A high riding jugular bulb indicates the dome (roof) of the jugular bulb extends more superiorly in the petrous temporal bone than is typical. The transverse level above which a jugular bulb is considered high riding has been variably defined as the following 1,6,8:
- floor of the internal acoustic meatus (internal auditory canal) 2,4
- 2 mm below the floor of the internal acoustic meatus 3
- inferior rim of the round window niche 4
- inferior rim of the tympanic annulus 5 or floor of the external auditory canal
- superior tympanic annulus 6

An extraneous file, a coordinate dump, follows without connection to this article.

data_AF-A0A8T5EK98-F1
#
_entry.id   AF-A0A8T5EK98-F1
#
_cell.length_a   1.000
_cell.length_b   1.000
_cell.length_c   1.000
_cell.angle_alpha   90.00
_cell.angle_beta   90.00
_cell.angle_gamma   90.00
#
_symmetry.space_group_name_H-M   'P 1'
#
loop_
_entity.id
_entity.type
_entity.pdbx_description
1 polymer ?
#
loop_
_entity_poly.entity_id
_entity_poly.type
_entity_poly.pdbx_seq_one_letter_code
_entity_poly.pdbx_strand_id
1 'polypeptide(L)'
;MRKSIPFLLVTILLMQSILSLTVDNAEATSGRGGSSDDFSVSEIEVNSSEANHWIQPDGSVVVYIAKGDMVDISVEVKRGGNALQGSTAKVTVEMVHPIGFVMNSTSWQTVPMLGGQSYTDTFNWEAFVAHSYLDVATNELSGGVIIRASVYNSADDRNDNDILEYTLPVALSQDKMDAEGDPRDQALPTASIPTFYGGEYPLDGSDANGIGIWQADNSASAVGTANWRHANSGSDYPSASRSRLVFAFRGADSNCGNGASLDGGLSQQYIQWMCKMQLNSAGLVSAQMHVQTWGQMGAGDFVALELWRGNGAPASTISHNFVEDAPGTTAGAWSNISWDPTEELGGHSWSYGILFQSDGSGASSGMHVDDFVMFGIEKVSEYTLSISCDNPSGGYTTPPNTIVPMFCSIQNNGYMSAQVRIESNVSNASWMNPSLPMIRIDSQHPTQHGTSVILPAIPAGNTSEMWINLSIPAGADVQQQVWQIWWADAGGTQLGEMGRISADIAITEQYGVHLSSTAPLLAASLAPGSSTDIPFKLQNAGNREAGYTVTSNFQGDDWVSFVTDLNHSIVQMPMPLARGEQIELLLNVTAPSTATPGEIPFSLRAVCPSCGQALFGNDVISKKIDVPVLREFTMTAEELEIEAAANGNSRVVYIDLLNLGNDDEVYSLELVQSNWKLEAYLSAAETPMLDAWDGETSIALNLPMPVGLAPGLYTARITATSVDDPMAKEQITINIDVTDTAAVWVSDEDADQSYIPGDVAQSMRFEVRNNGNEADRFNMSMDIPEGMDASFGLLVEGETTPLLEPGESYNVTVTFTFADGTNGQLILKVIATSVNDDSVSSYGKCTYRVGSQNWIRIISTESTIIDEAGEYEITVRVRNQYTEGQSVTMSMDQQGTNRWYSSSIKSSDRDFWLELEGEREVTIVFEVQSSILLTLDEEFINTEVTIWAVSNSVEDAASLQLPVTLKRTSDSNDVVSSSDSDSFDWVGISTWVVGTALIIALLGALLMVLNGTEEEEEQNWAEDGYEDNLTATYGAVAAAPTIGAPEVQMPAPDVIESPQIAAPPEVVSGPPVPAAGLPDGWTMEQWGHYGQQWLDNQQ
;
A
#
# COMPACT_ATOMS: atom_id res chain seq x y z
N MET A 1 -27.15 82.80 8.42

- basal turn of the cochlea 7
Depending on the definition, the prevalence in different series varies 6-34%.
It need not be asymmetrically larger than the contralateral bulb, but usually is. The associated enlargement of the jugular foramen can simulate a mass lesion on non-contrast-enhanced CT, although the diagnosis is made easily on contrast-enhanced CT or flow-sensitive MR imaging.
The sigmoid (jugular) plate normally separates the jugular bulb, whether high riding or not, from the hypotympanum of middle ear cavity. This can only be appreciated on thin slice bone algorithm CT and is too thin to appreciate on MRI. If the sigmoid plate is deficient, the bulb is free to protrude into the middle ear cavity and is then known as a dehiscent jugular bulb, a common cause of a retrotympanic vascular mass.
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